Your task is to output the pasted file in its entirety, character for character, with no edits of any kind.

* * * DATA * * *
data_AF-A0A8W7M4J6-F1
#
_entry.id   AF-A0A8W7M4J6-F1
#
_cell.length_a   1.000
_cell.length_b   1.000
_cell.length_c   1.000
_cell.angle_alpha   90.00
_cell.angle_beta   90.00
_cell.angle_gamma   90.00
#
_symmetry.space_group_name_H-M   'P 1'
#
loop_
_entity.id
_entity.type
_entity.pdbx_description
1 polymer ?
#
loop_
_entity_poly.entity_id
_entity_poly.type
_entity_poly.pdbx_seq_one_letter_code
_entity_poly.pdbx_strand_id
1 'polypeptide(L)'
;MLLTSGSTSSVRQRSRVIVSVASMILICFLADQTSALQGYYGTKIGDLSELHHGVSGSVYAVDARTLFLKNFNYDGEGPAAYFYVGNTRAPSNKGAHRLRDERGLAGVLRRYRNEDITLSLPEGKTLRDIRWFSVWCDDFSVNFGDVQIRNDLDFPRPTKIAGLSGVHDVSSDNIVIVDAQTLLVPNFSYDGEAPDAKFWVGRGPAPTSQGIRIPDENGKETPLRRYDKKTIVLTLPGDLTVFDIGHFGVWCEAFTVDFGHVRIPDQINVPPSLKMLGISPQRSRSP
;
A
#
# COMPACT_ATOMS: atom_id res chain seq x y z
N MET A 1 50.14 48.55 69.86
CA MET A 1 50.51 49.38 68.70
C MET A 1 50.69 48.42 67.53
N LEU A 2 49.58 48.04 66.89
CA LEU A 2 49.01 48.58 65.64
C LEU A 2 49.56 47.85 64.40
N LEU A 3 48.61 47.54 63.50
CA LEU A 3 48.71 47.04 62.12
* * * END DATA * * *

data_AF-A0A8W7M4J6-F1
#
_entry.id   AF-A0A8W7M4J6-F1
#
_cell.length_a   1.000
_cell.length_b   1.000
_cell.length_c   1.000
_cell.angle_alpha   90.00
_cell.angle_beta   90.00
_cell.angle_gamma   90.00
#
_symmetry.space_group_name_H-M   'P 1'
#
loop_
_entity.id
_entity.type
_entity.pdbx_description
1 polymer ?
#
loop_
_entity_poly.entity_id
_entity_poly.type
_entity_poly.pdbx_seq_one_letter_code
_entity_poly.pdbx_strand_id
1 'polypeptide(L)'
;MLLTSGSTSSVRQRSRVIVSVASMILICFLADQTSALQGYYGTKIGDLSELHHGVSGSVYAVDARTLFLKNFNYDGEGPAAYFYVGNTRAPSNKGAHRLRDERGLAGVLRRYRNEDITLSLPEGKTLRDIRWFSVWCDDFSVNFGDVQIRNDLDFPRPTKIAGLSGVHDVSSDNIVIVDAQTLLVPNFSYDGEAPDAKFWVGRGPAPTSQGIRIPDENGKETPLRRYDKKTIVLTLPGDLTVFDIGHFGVWCEAFTVDFGHVRIPDQINVPPSLKMLGISPQRSRSP
;
A
#
# COMPACT_ATOMS: atom_id res chain seq x y z
N MET A 1 50.14 48.55 69.86
CA MET A 1 50.51 49.38 68.70
C MET A 1 50.69 48.42 67.53
N LEU A 2 49.58 48.04 66.89
CA LEU A 2 49.01 48.58 65.64
C LEU A 2 49.56 47.85 64.40
N LEU A 3 48.61 47.54 63.50
CA LEU A 3 48.71 47.04 62.12